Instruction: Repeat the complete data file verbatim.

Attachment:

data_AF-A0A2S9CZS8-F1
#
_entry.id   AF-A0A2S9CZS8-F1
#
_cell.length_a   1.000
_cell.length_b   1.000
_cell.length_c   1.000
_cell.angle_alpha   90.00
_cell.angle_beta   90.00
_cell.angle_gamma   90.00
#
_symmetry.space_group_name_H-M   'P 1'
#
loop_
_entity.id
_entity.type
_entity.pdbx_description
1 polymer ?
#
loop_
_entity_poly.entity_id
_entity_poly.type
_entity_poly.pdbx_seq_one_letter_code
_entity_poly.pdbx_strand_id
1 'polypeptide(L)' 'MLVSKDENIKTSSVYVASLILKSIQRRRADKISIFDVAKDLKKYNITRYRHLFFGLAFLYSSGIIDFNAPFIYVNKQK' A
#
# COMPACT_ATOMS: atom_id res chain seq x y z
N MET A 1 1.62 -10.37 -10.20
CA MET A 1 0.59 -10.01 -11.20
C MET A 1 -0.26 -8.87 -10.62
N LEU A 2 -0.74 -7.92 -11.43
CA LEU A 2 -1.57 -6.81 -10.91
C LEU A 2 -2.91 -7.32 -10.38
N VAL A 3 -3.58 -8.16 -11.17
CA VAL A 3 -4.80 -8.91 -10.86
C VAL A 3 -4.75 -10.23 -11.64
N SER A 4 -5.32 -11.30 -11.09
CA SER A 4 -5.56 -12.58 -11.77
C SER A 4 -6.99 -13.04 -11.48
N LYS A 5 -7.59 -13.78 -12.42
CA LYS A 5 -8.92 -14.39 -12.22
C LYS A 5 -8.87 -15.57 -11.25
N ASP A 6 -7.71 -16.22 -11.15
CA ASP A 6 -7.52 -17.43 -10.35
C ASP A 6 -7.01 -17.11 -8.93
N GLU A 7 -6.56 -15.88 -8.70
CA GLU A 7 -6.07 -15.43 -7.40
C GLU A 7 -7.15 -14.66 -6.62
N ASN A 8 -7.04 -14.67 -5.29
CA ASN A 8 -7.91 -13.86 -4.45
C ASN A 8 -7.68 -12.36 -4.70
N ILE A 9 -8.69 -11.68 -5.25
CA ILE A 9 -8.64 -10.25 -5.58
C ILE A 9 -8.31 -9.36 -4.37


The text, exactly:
data_AF-A0A2S9CZS8-F1
#
_entry.id   AF-A0A2S9CZS8-F1
#
_cell.length_a   1.000
_cell.length_b   1.000
_cell.length_c   1.000
_cell.angle_alpha   90.00
_cell.angle_beta   90.00
_cell.angle_gamma   90.00
#
_symmetry.space_group_name_H-M   'P 1'
#
loop_
_entity.id
_entity.type
_entity.pdbx_description
1 polymer ?
#
loop_
_entity_poly.entity_id
_entity_poly.type
_entity_poly.pdbx_seq_one_letter_code
_entity_poly.pdbx_strand_id
1 'polypeptide(L)' 'MLVSKDENIKTSSVYVASLILKSIQRRRADKISIFDVAKDLKKYNITRYRHLFFGLAFLYSSGIIDFNAPFIYVNKQK' A
#
# COMPACT_ATOMS: atom_id res chain seq x y z
N MET A 1 1.62 -10.37 -10.20
CA MET A 1 0.59 -10.01 -11.20
C MET A 1 -0.26 -8.87 -10.62
N LEU A 2 -0.74 -7.92 -11.43
CA LEU A 2 -1.57 -6.81 -10.91
C LEU A 2 -2.91 -7.32 -10.38
N VAL A 3 -3.58 -8.16 -11.17
CA VAL A 3 -4.80 -8.91 -10.86
C VAL A 3 -4.75 -10.23 -11.64
N SER A 4 -5.32 -11.30 -11.09
CA SER A 4 -5.56 -12.58 -11.77
C SER A 4 -6.99 -13.04 -11.48
N LYS A 5 -7.59 -13.78 -12.42
CA LYS A 5 -8.92 -14.39 -12.22
C LYS A 5 -8.87 -15.57 -11.25
N ASP A 6 -7.71 -16.22 -11.15
CA ASP A 6 -7.52 -17.43 -10.35
C ASP A 6 -7.01 -17.11 -8.93
N GLU A 7 -6.56 -15.88 -8.70
CA GLU A 7 -6.07 -15.43 -7.40
C GLU A 7 -7.15 -14.66 -6.62
N ASN A 8 -7.04 -14.67 -5.29
CA ASN A 8 -7.91 -13.86 -4.45
C ASN A 8 -7.68 -12.36 -4.70
N ILE A 9 -8.69 -11.68 -5.25
CA ILE A 9 -8.64 -10.25 -5.58
C ILE A 9 -8.31 -9.36 -4.37